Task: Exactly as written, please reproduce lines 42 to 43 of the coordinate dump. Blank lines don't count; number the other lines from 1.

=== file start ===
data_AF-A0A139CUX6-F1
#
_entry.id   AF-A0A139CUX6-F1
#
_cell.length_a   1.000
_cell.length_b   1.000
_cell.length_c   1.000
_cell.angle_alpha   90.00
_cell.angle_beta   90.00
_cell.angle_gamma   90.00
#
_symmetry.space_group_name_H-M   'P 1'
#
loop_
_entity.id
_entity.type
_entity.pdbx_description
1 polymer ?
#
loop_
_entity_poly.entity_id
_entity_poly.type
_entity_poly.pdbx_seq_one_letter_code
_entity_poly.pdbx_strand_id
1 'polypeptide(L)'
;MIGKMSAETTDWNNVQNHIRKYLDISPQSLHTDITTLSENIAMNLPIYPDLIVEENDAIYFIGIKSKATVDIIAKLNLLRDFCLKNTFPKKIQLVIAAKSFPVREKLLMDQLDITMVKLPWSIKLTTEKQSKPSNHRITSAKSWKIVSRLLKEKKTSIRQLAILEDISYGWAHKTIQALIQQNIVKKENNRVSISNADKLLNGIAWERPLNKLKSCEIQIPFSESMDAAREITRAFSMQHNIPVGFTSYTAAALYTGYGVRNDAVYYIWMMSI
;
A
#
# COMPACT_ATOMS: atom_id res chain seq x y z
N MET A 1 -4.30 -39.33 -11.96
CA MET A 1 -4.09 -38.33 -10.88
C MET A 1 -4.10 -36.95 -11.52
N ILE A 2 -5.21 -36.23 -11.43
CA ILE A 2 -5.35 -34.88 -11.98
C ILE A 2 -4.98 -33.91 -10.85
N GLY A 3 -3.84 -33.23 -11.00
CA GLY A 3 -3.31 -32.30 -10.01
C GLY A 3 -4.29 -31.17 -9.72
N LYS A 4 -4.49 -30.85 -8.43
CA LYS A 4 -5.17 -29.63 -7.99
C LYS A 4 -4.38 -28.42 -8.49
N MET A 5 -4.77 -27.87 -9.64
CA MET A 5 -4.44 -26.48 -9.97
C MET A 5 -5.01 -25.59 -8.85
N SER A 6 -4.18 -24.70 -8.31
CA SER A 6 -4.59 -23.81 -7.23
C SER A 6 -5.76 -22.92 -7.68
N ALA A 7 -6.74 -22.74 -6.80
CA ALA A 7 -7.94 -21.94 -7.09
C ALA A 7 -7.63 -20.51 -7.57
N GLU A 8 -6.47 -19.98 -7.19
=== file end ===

C LYS A 4 -4.38 -28.42 -8.49
N MET A 5 -4.77 -27.87 -9.64